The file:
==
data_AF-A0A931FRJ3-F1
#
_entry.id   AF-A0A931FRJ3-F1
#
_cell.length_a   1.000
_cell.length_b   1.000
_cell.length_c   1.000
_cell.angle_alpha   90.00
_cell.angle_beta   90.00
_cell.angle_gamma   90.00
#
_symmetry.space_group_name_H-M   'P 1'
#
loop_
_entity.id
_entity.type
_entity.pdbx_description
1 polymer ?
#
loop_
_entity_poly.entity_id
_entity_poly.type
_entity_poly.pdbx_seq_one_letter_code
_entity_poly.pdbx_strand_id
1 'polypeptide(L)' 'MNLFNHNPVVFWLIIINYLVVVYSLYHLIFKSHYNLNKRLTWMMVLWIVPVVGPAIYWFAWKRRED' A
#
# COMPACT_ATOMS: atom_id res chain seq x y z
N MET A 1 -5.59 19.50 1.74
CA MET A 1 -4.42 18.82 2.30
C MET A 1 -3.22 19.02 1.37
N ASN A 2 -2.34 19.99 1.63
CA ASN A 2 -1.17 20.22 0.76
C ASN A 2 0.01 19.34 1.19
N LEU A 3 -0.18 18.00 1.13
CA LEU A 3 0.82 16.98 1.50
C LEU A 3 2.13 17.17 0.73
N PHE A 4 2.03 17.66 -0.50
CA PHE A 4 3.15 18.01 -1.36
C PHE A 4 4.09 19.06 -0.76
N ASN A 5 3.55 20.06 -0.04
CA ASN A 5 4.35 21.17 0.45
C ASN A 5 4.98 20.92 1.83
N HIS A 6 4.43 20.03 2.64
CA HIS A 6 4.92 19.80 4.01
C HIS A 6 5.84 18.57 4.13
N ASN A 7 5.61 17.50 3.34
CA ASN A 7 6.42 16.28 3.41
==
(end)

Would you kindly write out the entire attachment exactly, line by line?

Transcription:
data_AF-A0A931FRJ3-F1
#
_entry.id   AF-A0A931FRJ3-F1
#
_cell.length_a   1.000
_cell.length_b   1.000
_cell.length_c   1.000
_cell.angle_alpha   90.00
_cell.angle_beta   90.00
_cell.angle_gamma   90.00
#
_symmetry.space_group_name_H-M   'P 1'
#
loop_
_entity.id
_entity.type
_entity.pdbx_description
1 polymer ?
#
loop_
_entity_poly.entity_id
_entity_poly.type
_entity_poly.pdbx_seq_one_letter_code
_entity_poly.pdbx_strand_id
1 'polypeptide(L)' 'MNLFNHNPVVFWLIIINYLVVVYSLYHLIFKSHYNLNKRLTWMMVLWIVPVVGPAIYWFAWKRRED' A
#
# COMPACT_ATOMS: atom_id res chain seq x y z
N MET A 1 -5.59 19.50 1.74
CA MET A 1 -4.42 18.82 2.30
C MET A 1 -3.22 19.02 1.37
N ASN A 2 -2.34 19.99 1.63
CA ASN A 2 -1.17 20.22 0.76
C ASN A 2 0.01 19.34 1.19
N LEU A 3 -0.18 18.00 1.13
CA LEU A 3 0.82 16.98 1.50
C LEU A 3 2.13 17.17 0.73
N PHE A 4 2.03 17.66 -0.50
CA PHE A 4 3.15 18.01 -1.36
C PHE A 4 4.09 19.06 -0.76
N ASN A 5 3.55 20.06 -0.04
CA ASN A 5 4.35 21.17 0.45
C ASN A 5 4.98 20.92 1.83
N HIS A 6 4.43 20.03 2.64
CA HIS A 6 4.92 19.80 4.01
C HIS A 6 5.84 18.57 4.13
N ASN A 7 5.61 17.50 3.34
CA ASN A 7 6.42 16.28 3.41